The way readers consume and discover new books is rapidly changing, which is why you should consider making your work available by putting your books on subscription services.
Earlier this year, Walmart (the world’s largest retailer) announced it would start selling eBooks through its own co-branded app and Google released a new in-home way for readers to listen to audiobooks. Meanwhile, brick and mortar stores, like battleships going to rust, continue their slow and hulking demise.
And now you can add another development to the forces warping the publishing world: the industry-wide adoption of subscription-based reading services which allow customers the chance to read as many books as they’d like for a minimal monthly fee.
Publishers, tech giants, and service companies are all racing to become the Netflix of eBooks.
For independent authors, hosting books on subscription services has become a necessary part of the publishing process. Not doing so would be equivalent to siloing your new TV series on basic cable, or releasing your debut album solely on vinyl. Here’s why.
Subscription services make it easier to expand your audience
One of the chief benefits of subscription services is they allow readers to “try before they buy,” sampling new authors before committing to a purchase. That kind of freedom used to be impossible, since readers only had a thin selection of digital preview pages to decide whether or not to purchase a book. As a result, readers took fewer chances on authors they were less familiar with.
But readers are far more likely to investigate new authors , and try out new genres and writing styles, if it doesn’t cost them anything extra. For authors who lack the marketing resources of traditional publishing houses, subscription platforms serve as a great way to introduce your work to new audiences.
In this sense, subscription platforms aren’t just vehicles of distribution: they are channels of discovery.
The big players in the industry are now moving to this model
As an independent author, you need to realize these streaming services are not a flash-in-the-pan solution for selling more books.
With major companies in the self-publishing industry moving to subscription models, self-published authors will do themselves a disservice by not taking advantage of every tool at their disposal.
Amazon allows authors participating in the Kindle Direct Publishing program the chance to house their books on Kindle Unlimited at no additional cost. Hoopla, a company that partners with local libraries, allows writers to make their books available to any reader across the country who has a library card. And Scribd, a company claiming to be “the Netflix for books,” has over 1,000,000 subscribers.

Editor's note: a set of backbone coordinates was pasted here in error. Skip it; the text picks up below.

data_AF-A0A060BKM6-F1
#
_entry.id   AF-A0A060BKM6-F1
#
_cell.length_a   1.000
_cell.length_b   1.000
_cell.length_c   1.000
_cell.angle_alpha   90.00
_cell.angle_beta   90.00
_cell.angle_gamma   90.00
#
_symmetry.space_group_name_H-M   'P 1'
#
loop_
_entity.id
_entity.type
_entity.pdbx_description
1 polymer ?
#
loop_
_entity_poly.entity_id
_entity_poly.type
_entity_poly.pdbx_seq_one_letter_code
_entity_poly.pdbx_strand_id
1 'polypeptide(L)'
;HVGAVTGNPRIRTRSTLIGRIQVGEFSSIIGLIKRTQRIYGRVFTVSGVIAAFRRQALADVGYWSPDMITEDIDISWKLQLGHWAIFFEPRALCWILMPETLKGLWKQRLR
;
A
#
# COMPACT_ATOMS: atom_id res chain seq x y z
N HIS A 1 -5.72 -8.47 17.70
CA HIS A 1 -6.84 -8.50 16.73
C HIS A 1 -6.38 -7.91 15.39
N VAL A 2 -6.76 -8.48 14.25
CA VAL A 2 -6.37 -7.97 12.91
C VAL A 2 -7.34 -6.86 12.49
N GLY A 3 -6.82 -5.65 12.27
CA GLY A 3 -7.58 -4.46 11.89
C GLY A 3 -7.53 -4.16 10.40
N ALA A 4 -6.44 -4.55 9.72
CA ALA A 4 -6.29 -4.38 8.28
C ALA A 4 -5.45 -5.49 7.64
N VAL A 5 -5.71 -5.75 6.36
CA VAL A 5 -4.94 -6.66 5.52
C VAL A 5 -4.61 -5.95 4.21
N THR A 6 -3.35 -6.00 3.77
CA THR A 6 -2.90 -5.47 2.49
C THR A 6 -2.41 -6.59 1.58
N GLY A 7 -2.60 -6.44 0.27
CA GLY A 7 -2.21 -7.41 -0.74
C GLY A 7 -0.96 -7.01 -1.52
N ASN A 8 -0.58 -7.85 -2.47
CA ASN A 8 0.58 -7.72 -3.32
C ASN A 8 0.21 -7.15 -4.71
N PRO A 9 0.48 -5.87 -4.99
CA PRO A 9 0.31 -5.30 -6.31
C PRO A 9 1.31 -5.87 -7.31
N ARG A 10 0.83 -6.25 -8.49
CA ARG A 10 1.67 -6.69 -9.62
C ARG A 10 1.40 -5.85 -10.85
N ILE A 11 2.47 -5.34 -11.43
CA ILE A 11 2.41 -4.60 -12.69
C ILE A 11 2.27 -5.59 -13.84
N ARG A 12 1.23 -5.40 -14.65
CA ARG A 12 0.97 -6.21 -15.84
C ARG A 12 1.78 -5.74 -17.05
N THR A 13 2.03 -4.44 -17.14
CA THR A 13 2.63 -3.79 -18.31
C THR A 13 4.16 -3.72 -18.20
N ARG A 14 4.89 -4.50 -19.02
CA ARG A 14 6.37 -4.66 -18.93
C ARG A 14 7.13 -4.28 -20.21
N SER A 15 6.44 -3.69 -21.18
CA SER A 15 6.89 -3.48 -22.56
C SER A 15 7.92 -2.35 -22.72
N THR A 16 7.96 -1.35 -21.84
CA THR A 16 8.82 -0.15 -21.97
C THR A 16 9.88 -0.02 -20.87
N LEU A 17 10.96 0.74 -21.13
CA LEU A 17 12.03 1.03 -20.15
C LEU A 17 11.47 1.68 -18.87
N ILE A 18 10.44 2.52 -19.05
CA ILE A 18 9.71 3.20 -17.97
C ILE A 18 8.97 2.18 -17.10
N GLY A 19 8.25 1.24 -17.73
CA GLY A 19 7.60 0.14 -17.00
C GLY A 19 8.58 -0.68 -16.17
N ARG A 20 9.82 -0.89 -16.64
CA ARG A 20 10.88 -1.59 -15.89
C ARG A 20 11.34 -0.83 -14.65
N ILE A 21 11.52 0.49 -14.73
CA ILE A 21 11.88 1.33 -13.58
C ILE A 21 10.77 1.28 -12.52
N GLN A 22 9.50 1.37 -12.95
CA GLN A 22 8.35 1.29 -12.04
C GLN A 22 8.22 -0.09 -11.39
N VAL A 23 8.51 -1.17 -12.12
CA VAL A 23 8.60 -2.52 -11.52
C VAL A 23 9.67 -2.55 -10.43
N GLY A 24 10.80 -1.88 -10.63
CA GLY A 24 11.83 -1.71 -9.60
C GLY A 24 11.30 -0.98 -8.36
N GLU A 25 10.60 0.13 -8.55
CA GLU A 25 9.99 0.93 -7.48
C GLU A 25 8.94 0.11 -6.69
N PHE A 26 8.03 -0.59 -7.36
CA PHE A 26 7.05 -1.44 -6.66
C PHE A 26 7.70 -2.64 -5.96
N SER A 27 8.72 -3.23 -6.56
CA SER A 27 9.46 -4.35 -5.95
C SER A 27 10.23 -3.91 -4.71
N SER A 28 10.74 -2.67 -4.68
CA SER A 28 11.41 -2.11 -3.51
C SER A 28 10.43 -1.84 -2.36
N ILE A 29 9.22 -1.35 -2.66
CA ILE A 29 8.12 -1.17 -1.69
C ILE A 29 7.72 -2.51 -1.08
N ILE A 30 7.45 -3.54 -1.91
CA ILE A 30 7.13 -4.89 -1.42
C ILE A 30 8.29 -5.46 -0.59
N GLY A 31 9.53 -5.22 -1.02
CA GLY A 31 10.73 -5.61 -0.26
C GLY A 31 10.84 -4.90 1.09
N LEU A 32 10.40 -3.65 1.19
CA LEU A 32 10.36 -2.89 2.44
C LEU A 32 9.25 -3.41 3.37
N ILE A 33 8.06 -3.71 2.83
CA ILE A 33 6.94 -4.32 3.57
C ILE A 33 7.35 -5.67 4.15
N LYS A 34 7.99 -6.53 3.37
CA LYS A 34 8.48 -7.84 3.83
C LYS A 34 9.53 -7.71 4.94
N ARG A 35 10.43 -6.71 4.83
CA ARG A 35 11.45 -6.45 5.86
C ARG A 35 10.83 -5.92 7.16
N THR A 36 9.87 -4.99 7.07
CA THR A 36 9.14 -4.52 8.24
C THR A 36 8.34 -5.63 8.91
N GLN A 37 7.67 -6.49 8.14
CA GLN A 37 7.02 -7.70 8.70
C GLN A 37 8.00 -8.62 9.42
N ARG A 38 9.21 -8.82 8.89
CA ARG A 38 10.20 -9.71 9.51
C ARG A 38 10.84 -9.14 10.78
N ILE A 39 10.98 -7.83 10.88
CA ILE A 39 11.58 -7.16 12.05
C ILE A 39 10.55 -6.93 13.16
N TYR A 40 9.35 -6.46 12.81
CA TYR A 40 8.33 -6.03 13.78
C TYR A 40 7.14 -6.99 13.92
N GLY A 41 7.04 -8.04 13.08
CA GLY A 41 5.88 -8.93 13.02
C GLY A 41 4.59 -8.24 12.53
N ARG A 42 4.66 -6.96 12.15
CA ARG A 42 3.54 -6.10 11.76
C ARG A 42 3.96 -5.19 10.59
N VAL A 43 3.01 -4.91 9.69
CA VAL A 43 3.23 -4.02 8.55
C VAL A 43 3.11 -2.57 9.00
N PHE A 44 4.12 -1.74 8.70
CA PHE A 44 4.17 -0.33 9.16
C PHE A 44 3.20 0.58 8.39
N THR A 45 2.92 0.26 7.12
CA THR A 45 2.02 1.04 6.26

Combined, these companies reach millions of readers every day, many of whom are actively looking for new authors telling new stories. BookBaby offers all three of these options to our customers. If you’re not making it easy for subscribers to discover your work, you’re leaving thousands of potential fans behind.
Authors with books available on subscription services make more money
If nothing else, subscription services provide authors with additional revenue streams. Similar to how musicians on Spotify are paid according to the number of times their songs are streamed, authors with books available on subscription platforms are paid according to the number of pages read. That means readers don’t need to purchase your entire book for you to make money. If they only read 25 pages of your novel, you still get paid for that.
But the real benefit to publishing on a subscription-based platform is the opportunity to have new readers stumble upon your work. As a member of that platform’s community, readers are more likely to give your work a chance. And if they become fans of one of your books, chances are they will read others in your catalog, which means more reads, and ultimately more money in your pocket.
At the end of the day, you’re not losing anything by publishing your book on a subscription platform like Kindle Unlimited. But by not doing so, you’re certainly missing out. Think of housing your books on subscription services as a marketing tool.
The great debate over the past decade has been whether the publishing industry is dying. But innovations like subscription models prove that the art of writing and publishing books isn’t dying at all — it’s evolving.
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